But we feel no matter what we do, we are not doing much to solve the problem but because we are still involved we can't really forget what is happening and can't help to feel a sense of desperation which I think is obviously not making anyone happy.

But of course in reality it's not just you and all those drowning children, it's you and many many others that could help as well and it would motivate a lot if we could see each other. So maybe we just need to add a "social" in front of altruism. Of course it is easier said than done, but there are examples ( comes to mind. And of course it also needs to be effective.

Developing my inner self vs. doing external actions

"Actually I think inner development is achieved through a combination of personal self reflection as well as interacting with others and external events"

It seems like the real question is how much time you should spend on self reflection or conversations with mentors. How much time do you think would be ideal? At what point do you think you might received significantly diminishing returns?

Or to put it another way, if you were optimising for inner development, how would that be practically different from your life now or your life if you optimized for taking action to help others?

Climate Change Is Neglected By EA

This post is incredibly detailed and informative. Thank you for writing it.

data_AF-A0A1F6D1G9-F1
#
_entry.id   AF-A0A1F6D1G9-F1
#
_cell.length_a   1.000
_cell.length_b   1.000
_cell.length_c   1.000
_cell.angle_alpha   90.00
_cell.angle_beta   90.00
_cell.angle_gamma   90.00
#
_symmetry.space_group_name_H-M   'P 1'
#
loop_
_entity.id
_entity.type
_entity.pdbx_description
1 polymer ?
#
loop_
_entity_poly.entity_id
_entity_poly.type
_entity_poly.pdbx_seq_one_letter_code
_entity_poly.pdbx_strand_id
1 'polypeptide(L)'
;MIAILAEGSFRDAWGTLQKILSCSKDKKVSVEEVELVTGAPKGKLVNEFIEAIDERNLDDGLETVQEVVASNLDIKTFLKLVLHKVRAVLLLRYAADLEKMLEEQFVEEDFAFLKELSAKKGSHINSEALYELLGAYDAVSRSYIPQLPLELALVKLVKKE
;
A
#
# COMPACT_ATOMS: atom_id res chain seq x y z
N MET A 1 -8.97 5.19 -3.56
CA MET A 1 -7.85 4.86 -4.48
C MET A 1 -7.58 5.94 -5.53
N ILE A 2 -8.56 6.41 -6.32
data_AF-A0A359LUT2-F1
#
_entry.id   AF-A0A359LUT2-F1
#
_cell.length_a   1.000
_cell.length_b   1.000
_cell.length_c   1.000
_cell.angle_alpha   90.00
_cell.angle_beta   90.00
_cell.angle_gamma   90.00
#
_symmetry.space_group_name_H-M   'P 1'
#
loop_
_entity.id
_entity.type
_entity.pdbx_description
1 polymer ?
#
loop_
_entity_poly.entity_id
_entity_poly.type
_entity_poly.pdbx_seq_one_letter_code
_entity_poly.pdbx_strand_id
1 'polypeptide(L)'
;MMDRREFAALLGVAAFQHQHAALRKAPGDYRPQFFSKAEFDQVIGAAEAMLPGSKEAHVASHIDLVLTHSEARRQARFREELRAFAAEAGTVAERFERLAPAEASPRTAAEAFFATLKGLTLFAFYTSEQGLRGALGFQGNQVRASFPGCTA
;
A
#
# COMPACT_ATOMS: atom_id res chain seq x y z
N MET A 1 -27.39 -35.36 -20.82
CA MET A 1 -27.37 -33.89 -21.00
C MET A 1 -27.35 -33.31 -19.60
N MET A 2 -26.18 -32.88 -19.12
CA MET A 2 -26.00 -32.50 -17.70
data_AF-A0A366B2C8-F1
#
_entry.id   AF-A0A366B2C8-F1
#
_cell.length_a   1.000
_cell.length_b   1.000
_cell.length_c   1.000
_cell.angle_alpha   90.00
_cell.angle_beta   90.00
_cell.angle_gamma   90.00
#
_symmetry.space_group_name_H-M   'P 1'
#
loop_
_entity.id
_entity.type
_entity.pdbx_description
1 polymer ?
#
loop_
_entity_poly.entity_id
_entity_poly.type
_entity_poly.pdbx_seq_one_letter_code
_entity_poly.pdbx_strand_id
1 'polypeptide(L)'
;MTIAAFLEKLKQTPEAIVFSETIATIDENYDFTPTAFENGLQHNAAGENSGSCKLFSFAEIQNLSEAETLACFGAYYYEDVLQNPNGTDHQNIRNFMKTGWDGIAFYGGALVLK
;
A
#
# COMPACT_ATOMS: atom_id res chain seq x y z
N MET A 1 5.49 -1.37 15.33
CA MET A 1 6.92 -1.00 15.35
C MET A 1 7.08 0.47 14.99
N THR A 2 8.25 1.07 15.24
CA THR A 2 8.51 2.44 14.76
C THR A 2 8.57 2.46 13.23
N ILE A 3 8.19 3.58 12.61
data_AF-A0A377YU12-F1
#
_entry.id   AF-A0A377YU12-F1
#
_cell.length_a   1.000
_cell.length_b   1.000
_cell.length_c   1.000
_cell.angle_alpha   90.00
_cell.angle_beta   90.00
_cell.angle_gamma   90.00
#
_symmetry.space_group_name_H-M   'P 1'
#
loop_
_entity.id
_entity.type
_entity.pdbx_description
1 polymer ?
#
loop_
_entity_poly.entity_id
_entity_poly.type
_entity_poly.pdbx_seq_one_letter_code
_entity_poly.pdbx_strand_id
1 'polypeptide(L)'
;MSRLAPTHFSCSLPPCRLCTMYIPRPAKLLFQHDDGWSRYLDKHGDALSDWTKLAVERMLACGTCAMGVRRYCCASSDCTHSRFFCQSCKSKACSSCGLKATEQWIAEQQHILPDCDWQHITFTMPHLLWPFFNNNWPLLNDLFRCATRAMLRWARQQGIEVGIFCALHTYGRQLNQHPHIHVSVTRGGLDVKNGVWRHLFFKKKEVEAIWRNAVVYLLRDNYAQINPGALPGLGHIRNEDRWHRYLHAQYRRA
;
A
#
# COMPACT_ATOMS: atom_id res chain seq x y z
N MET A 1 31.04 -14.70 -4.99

I work in a climate-adjacent field and I agree that climate change is an important area for some of the world's altruistically-minded people to focus on. Similar to you, I prefer to focus on problems that will clearly affect people in my lifetime or shortly afterwards.

However, even though I'm concerned about and even work on climate change, I donate to the Against Malaria Foundation. When I looked at the most recent IPCC report, one of the biggest health impacts listed was an increase in malaria. If we could reduce or eradicate malaria, we could also improve lives under climate change.

If at some point you're considering writing a follow up post, I'd be interested in a direct comparison of some climate donations or careers with some global health donations or careers. Given your ethical point of view, I don't think your posts are likely to change the minds of people who are focused on the long term future, but you might change my mind about what I should focus on.

Climate Change Is Neglected By EA